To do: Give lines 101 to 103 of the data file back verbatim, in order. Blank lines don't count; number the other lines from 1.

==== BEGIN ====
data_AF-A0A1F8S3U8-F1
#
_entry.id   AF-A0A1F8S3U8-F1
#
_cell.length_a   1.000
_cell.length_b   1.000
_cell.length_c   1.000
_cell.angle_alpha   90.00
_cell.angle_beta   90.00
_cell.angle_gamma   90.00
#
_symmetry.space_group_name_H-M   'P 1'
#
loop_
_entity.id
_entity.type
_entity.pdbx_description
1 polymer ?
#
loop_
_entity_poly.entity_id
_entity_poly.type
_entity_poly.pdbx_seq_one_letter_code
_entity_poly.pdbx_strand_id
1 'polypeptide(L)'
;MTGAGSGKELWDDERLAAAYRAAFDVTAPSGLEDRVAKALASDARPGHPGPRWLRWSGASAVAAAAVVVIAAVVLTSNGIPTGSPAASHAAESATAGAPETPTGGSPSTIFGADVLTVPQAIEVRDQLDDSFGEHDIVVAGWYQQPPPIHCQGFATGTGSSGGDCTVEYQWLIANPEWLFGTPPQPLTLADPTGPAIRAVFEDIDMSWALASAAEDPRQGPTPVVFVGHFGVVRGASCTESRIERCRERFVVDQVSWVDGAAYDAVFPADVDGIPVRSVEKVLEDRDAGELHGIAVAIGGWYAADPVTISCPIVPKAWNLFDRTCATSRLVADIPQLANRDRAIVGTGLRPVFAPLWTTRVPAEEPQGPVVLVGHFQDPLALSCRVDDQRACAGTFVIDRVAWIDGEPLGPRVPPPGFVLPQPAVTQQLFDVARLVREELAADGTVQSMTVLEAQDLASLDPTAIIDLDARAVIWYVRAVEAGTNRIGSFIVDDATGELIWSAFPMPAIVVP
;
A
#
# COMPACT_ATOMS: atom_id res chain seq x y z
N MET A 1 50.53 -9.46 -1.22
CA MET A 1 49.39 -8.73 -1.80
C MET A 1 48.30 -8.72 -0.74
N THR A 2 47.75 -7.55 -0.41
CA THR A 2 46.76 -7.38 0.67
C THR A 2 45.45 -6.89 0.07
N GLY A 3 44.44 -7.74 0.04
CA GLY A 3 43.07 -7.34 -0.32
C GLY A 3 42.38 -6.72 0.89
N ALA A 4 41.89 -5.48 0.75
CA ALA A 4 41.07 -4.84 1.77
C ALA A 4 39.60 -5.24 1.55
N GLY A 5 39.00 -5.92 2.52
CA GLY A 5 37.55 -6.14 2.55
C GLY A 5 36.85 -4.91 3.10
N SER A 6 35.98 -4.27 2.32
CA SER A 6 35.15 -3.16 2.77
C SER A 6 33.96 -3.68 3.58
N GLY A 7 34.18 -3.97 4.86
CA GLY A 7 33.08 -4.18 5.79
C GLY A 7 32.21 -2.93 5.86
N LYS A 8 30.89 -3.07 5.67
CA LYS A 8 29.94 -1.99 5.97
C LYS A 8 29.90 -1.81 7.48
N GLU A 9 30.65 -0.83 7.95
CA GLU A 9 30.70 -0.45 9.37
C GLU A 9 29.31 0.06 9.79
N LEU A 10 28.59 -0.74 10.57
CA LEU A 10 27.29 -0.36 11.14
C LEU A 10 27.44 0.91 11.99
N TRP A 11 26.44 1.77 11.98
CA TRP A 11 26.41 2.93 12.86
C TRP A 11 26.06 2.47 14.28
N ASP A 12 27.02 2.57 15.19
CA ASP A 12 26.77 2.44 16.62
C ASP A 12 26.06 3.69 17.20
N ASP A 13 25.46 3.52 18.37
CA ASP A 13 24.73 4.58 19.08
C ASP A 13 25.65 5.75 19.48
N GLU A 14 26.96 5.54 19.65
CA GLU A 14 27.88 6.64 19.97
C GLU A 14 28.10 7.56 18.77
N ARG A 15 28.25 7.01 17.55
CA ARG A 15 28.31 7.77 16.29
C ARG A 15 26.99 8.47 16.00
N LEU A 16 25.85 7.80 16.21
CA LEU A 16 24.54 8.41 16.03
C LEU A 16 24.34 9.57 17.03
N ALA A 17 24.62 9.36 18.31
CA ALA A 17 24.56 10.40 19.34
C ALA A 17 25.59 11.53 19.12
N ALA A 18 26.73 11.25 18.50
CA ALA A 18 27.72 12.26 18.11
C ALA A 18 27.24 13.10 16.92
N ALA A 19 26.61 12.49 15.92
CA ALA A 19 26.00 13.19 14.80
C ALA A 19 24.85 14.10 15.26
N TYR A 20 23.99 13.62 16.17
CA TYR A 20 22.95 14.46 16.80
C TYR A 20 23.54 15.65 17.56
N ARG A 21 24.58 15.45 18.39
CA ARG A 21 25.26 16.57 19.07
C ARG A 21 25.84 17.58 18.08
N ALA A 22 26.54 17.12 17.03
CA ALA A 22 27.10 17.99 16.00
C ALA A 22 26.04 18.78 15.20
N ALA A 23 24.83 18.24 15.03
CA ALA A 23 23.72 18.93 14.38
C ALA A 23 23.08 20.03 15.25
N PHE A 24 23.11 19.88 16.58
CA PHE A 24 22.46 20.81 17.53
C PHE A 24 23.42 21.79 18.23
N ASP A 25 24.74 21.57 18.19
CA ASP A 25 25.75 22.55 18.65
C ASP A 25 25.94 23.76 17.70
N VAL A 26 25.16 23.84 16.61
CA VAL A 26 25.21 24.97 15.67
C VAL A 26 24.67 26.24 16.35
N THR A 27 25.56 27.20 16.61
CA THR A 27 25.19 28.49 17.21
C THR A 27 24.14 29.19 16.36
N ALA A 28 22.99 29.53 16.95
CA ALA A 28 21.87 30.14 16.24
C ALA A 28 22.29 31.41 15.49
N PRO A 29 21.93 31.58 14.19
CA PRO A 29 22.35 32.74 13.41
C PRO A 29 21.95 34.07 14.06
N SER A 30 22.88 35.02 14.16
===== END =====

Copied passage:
CA PHE A 24 22.46 20.81 17.53
C PHE A 24 23.42 21.79 18.23
N ASP A 25 24.74 21.57 18.19